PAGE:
Demand for land-mobile-radio (LMR) systems  in North America “if anything, continues to go up,” despite media reports of declining LMR licensing activity in the United States, Motorola Solutions Chairman and CEO Greg Brown said last week during the company’s quarterly earnings conference call.

Brown said that he was “not surprised … at all” by a recent story by IWCE’s Urgent Communications highlighting all-time low levels of LMR licensing activity in the U.S. However, the statistics should not be interpreted as a lack of demand for LMR systems, he said.

“Number one, a large number of customers are converting to P25 TDMA,” Brown said during the conference call, which was webcast. “That has a two-to-one spectral efficiency, so you literally would need half the license that you previously would need as you move to upgrade to a more efficient P25 TDMA deployment. In addition to that—number two—we’re seeing more customers increase statewide and regionwide deployments, taking advantage of the 700 MHz [narrowband] frequencies. The impact is the same.

“Demand, if anything, continues to go up for LMR. But the actual system or spectrum licenses could decline, because the systems are spread over new bands, and they’re much more spectrally efficient.

“The last thing that I’d mention is that I know that [article] referenced a spike period of several years ago associated with narrowbanding. So, while I think it’s interesting, I do not think it’s a good proxy or correlation to use to judge the demand for our land-mobile-radio business—in particular for P25, because all systems are green over a sustainable period of time and for the second half of this year.”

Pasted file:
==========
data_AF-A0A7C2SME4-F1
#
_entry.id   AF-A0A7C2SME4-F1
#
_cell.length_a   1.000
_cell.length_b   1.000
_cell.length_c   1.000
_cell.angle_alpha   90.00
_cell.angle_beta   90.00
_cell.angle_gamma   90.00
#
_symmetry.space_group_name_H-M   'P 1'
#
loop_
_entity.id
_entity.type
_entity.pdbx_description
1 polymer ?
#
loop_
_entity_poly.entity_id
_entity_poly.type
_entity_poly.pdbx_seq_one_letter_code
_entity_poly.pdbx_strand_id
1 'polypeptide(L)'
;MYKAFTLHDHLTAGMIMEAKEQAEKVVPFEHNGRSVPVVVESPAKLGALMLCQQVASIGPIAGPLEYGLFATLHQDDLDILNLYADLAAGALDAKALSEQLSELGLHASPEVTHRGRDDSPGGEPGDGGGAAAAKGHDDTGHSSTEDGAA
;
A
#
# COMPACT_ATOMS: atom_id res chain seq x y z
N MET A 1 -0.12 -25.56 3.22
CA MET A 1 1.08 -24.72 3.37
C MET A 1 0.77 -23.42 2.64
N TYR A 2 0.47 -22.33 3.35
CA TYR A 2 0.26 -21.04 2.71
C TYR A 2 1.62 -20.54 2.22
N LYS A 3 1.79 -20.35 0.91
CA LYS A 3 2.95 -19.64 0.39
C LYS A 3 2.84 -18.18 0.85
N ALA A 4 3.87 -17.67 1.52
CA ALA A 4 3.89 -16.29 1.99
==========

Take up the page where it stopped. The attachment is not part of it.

Indeed, Motorola Solutions has seen “pretty steady” demand for LMR system in North America during the last 10 quarters, dating back to the beginning of 2015, Brown said.

“Product backlog, which is a reasonable indicator for visibility going forward, is up $400 million from a North American perspective over the same 10 quarters,” he said. “And the thing that I’m particularly pleased about in Q2 is the systems demand.

“When these land-mobile-radio platforms or systems go in, they’re going in for the long term, which you will then load with subscriber devices, which you will then add to with agencies and secondary and tertiary users, and they typically go in with 10- and 15-year maintenance agreements. So, I think the demand has been pretty steady.”

While there has been considerable industry interest surrounding a potential transition from LMR voice systems to cellular-based solutions—push-to-talk-over-cellular (PoC) for enterprises and mission-critical-push-to-talk (MCPTT) for public-safety—Motorola Solutions has not seen a shift in the marketplace, Brown said.

“There’s a difference between push-to-talk over cellular and mission-critical-push-to-talk [MCPTT] over cellular,” Brown said. “I think the demand we’re seeing for land-mobile-radio systems and product backlog—along with customers buying these brand-new systems with 10- and 15-year maintenance [agreements]—speaks to what they think firsthand that North America-led, U.S.-led durability and criticality of land mobile radio here.

“I think you’ll hear and read about other push-to-talk solutions. The confusing thing is that some people will call it mission-critical push-to-talk, whether they reference it in 3GPP Release 13 or 14 or now they’re talking about Release 15. But I don’t think it changes what we’re seeing, which is continued strong demand for P25 systems, U.S.-led.”